Targeted future research is important because the fatigue that occurs during radiation therapy may continue even after the treatment. Further compounding this is that fatigue does not occur in isolation. As reported by Faithfull and Brada,7 fatigue is one of the symptoms of excessive drowsiness, feeling clumsy, and inability to concentrate, and they fall under the somnolence syndrome. Thirdly, these symptoms were reported to have a cyclical pattern with increased severity during day 1 to 21 and then day 30 to 35 after treatment, and these symptoms last as long as 3 months posttreatment or longer in some cases. If research is to investigate interventions for fatigue management, a holistic approach would be recommended, and interventions can be tiered to the severity of symptoms regardless of the type of cancer. This is to increase the generalizability of the interventions and to ensure that the studies are adequately powered, given that the worldwide incidence of PBT is low, resulting in low accrual rate, and fatigue is interrelated with other symptoms (confounders), making it difficult to distinguish absolute risks and benefits of any interventions studied.
Fatigue in patients with PBT is highly prevalent and distressing both during treatment and years after completion of treatment.1 The finding of this Cochrane review on the effectiveness of any treatment for high fatigue with patients with PBT was unclear. The 1 included trial found no evidence of a difference between modafinil and placebo in treating fatigue. It is possible that this could be due to the trial not reaching its planned number of participants and hence being underpowered to detect a true effect. Several other studies investigated the management of fatigue, but in these studies, high fatigue was not essential for participation. The authors concluded that we do not currently know whether any treatments are effective in the management of people with PBT and high fatigue.1
The authors of this review excluded 8 studies from analysis on the basis of clinical heterogeneity, including the lack of high self-reported fatigue; fatigue was not a necessary inclusion criterion, and 5 studies were of people not on active cancer treatment. The lack of evidence on effective interventions for fatigue management in the setting of PBT highlights that further research is warranted to develop effective, patient-centric management strategies.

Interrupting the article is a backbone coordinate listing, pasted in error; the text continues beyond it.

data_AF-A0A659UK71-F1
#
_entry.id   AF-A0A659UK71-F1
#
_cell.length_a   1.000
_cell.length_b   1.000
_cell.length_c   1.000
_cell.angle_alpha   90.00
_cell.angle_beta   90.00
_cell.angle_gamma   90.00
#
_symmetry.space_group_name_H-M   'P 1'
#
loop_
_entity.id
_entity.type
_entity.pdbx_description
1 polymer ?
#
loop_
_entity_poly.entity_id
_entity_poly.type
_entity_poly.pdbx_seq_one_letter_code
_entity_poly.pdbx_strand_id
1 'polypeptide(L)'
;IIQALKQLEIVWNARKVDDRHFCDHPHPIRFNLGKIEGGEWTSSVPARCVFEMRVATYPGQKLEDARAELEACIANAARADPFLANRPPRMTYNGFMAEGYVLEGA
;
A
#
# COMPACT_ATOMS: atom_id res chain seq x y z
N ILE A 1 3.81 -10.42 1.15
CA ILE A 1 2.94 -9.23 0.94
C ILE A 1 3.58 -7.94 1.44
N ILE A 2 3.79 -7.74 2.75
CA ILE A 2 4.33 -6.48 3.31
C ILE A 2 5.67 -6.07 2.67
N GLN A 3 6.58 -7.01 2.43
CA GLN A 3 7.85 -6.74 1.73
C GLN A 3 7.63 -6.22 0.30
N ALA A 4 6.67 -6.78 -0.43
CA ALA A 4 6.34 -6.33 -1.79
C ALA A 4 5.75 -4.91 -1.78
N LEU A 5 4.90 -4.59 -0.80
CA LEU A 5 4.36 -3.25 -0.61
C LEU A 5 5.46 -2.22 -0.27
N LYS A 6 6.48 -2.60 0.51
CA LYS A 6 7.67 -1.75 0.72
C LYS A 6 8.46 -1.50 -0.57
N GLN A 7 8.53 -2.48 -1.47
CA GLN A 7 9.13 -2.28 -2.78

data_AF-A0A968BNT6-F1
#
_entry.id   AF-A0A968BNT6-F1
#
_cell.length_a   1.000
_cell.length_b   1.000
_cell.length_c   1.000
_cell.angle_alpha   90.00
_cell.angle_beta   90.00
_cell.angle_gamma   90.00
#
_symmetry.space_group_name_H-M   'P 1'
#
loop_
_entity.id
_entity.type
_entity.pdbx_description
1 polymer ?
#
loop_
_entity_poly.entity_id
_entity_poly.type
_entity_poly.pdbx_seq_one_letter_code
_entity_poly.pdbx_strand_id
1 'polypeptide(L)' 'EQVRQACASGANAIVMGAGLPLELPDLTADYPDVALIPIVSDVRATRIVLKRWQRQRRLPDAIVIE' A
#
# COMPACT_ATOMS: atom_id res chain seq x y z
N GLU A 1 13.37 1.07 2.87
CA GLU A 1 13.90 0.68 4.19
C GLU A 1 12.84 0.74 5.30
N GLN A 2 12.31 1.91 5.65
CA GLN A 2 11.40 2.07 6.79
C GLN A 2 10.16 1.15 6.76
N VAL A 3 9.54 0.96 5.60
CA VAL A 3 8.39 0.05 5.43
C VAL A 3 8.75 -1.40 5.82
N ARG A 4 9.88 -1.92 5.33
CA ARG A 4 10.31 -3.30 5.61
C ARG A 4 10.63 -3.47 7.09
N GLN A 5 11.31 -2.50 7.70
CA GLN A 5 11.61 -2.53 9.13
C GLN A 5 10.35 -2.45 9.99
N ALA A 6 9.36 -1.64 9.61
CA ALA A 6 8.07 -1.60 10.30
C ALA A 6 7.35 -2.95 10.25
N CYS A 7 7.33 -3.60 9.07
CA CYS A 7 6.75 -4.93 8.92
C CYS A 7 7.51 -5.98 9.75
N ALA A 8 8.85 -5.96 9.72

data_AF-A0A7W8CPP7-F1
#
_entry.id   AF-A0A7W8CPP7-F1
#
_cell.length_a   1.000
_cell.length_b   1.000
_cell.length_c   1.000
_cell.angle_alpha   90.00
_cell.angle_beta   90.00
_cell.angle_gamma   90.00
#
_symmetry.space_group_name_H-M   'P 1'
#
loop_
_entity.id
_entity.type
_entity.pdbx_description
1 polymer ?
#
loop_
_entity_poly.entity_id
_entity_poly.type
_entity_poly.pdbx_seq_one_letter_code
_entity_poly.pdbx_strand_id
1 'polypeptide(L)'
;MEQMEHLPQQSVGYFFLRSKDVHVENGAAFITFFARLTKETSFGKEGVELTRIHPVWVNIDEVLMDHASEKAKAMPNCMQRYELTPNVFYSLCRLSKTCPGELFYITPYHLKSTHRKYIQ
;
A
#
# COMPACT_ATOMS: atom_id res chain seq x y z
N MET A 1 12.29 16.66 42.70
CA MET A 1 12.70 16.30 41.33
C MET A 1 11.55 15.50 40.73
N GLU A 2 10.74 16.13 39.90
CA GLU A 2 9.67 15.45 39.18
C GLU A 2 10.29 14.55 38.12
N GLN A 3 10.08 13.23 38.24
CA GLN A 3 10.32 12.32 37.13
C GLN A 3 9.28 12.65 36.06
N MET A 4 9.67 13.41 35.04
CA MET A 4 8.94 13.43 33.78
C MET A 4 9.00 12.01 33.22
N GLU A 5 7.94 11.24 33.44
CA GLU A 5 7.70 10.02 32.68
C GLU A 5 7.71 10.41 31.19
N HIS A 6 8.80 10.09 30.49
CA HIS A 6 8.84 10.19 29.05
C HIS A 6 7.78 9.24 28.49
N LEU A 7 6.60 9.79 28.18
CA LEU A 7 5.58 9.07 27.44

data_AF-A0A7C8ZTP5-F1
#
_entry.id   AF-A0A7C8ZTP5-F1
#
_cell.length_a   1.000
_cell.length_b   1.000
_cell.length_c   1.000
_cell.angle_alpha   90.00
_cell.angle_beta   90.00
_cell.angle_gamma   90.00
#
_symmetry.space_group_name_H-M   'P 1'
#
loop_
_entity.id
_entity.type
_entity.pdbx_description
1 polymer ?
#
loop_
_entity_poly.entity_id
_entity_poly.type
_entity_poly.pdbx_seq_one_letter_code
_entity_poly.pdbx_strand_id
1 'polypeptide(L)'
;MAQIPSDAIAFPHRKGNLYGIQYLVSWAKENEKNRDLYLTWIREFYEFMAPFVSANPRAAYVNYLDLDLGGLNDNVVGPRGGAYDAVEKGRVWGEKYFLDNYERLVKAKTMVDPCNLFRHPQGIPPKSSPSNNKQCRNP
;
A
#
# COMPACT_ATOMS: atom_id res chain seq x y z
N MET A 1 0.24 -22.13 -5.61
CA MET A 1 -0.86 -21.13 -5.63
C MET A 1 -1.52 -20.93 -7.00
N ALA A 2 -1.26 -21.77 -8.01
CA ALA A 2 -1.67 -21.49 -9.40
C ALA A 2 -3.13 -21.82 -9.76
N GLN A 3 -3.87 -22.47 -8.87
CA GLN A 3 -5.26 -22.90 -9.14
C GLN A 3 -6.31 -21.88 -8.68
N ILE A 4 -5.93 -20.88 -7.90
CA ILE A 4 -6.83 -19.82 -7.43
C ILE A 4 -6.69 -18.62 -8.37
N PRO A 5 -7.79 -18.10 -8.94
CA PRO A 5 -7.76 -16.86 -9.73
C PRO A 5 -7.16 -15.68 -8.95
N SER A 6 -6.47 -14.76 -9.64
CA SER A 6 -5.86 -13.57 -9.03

A major aspect of cancer care in patient management for fatigue is understudied especially in the population with PBT. Future research should seek to build on and be informed by the gaps highlighted in this systematic review to develop fatigue management interventions. Such strategies would have the potential to ameliorate patient's distress and improve overall outcomes, and it is important for the cancer research community to consider the gap in clinical knowledge identified in this systematic review.
Nurses are becoming more aware that the number of cancer patients experiencing fatigue is on the rise especially because the life expectancy of people who receive a diagnosis of cancer increases the burden associated with this symptom continues to grow. Nurses are also instrumental in identifying, evaluating, and managing patients with fatigue on a daily basis. A systematic review investigating interventions for fatigue management in cancer patients supports evidence-based nursing practice in addressing this issue. With the lack of evidence in this aspect and poorly understood causes of fatigue, it is proposed that a systematic review is conducted to investigate current evidence on the overall management strategies for a more comprehensive approach to cancer-related fatigue in patients with PBT.
Yee Mei Lee, PhD
Advanced Practice Nurse
Assistant Director of Nursing (Clinical)
Head of Oncology Nursing
National University Cancer Institute, Singapore
1. Day J, Yust-Katz S, Cachia D, et al. Interventions for the management of fatigue in adults with a primary brain tumour. Cochrane Database Syst Rev